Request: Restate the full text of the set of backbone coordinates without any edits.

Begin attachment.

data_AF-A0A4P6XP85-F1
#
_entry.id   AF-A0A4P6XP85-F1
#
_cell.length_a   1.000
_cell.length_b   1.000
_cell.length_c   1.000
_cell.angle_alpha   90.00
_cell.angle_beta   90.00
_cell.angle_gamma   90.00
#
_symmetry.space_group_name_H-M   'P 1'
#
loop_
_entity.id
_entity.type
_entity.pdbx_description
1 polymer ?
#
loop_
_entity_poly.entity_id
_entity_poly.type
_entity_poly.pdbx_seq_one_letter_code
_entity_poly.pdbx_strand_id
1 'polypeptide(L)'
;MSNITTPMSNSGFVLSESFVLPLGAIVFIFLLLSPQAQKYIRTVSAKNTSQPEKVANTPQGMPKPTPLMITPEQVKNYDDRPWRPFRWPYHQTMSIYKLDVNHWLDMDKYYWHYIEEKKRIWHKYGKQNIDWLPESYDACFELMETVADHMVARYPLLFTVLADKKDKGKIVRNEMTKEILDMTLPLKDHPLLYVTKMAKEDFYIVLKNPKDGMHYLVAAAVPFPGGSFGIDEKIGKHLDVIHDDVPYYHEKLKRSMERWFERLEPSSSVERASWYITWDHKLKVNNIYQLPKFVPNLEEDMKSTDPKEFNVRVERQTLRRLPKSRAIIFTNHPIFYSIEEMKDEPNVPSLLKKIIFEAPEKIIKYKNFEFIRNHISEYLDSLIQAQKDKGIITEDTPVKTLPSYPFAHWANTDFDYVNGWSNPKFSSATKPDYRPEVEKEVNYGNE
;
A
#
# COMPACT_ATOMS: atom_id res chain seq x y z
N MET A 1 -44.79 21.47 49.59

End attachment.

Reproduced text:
data_AF-A0A4P6XP85-F1
#
_entry.id   AF-A0A4P6XP85-F1
#
_cell.length_a   1.000
_cell.length_b   1.000
_cell.length_c   1.000
_cell.angle_alpha   90.00
_cell.angle_beta   90.00
_cell.angle_gamma   90.00
#
_symmetry.space_group_name_H-M   'P 1'
#
loop_
_entity.id
_entity.type
_entity.pdbx_description
1 polymer ?
#
loop_
_entity_poly.entity_id
_entity_poly.type
_entity_poly.pdbx_seq_one_letter_code
_entity_poly.pdbx_strand_id
1 'polypeptide(L)'
;MSNITTPMSNSGFVLSESFVLPLGAIVFIFLLLSPQAQKYIRTVSAKNTSQPEKVANTPQGMPKPTPLMITPEQVKNYDDRPWRPFRWPYHQTMSIYKLDVNHWLDMDKYYWHYIEEKKRIWHKYGKQNIDWLPESYDACFELMETVADHMVARYPLLFTVLADKKDKGKIVRNEMTKEILDMTLPLKDHPLLYVTKMAKEDFYIVLKNPKDGMHYLVAAAVPFPGGSFGIDEKIGKHLDVIHDDVPYYHEKLKRSMERWFERLEPSSSVERASWYITWDHKLKVNNIYQLPKFVPNLEEDMKSTDPKEFNVRVERQTLRRLPKSRAIIFTNHPIFYSIEEMKDEPNVPSLLKKIIFEAPEKIIKYKNFEFIRNHISEYLDSLIQAQKDKGIITEDTPVKTLPSYPFAHWANTDFDYVNGWSNPKFSSATKPDYRPEVEKEVNYGNE
;
A
#
# COMPACT_ATOMS: atom_id res chain seq x y z
N MET A 1 -44.79 21.47 49.59